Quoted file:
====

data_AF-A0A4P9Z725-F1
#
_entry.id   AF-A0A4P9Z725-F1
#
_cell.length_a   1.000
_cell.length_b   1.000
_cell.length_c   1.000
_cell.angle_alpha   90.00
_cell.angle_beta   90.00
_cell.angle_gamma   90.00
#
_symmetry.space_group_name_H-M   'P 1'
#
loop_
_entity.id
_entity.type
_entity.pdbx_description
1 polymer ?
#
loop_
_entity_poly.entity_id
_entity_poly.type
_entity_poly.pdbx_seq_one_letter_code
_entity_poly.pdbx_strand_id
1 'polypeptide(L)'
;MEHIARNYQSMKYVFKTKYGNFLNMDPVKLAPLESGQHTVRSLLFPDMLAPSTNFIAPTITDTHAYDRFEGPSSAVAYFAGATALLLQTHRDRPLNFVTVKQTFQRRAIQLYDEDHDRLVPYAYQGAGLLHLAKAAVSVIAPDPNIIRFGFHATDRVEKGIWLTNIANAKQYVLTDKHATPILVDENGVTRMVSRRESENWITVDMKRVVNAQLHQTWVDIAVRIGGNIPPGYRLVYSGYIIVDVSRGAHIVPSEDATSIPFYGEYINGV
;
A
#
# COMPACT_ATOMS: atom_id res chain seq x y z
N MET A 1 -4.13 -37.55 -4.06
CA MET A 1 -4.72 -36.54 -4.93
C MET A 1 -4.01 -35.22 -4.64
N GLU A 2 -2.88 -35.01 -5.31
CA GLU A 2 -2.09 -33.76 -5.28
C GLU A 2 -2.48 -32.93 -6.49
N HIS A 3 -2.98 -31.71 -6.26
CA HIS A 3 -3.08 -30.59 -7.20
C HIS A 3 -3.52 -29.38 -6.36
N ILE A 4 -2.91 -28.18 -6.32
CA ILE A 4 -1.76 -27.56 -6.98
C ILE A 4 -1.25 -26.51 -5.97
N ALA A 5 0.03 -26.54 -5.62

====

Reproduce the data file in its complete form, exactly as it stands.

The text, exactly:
data_AF-A0A4P9Z725-F1
#
_entry.id   AF-A0A4P9Z725-F1
#
_cell.length_a   1.000
_cell.length_b   1.000
_cell.length_c   1.000
_cell.angle_alpha   90.00
_cell.angle_beta   90.00
_cell.angle_gamma   90.00
#
_symmetry.space_group_name_H-M   'P 1'
#
loop_
_entity.id
_entity.type
_entity.pdbx_description
1 polymer ?
#
loop_
_entity_poly.entity_id
_entity_poly.type
_entity_poly.pdbx_seq_one_letter_code
_entity_poly.pdbx_strand_id
1 'polypeptide(L)'
;MEHIARNYQSMKYVFKTKYGNFLNMDPVKLAPLESGQHTVRSLLFPDMLAPSTNFIAPTITDTHAYDRFEGPSSAVAYFAGATALLLQTHRDRPLNFVTVKQTFQRRAIQLYDEDHDRLVPYAYQGAGLLHLAKAAVSVIAPDPNIIRFGFHATDRVEKGIWLTNIANAKQYVLTDKHATPILVDENGVTRMVSRRESENWITVDMKRVVNAQLHQTWVDIAVRIGGNIPPGYRLVYSGYIIVDVSRGAHIVPSEDATSIPFYGEYINGV
;
A
#
# COMPACT_ATOMS: atom_id res chain seq x y z
N MET A 1 -4.13 -37.55 -4.06
CA MET A 1 -4.72 -36.54 -4.93
C MET A 1 -4.01 -35.22 -4.64
N GLU A 2 -2.88 -35.01 -5.31
CA GLU A 2 -2.09 -33.76 -5.28
C GLU A 2 -2.48 -32.93 -6.49
N HIS A 3 -2.98 -31.71 -6.26
CA HIS A 3 -3.08 -30.59 -7.20
C HIS A 3 -3.52 -29.38 -6.36
N ILE A 4 -2.91 -28.18 -6.32
CA ILE A 4 -1.76 -27.56 -6.98
C ILE A 4 -1.25 -26.51 -5.97
N ALA A 5 0.03 -26.54 -5.62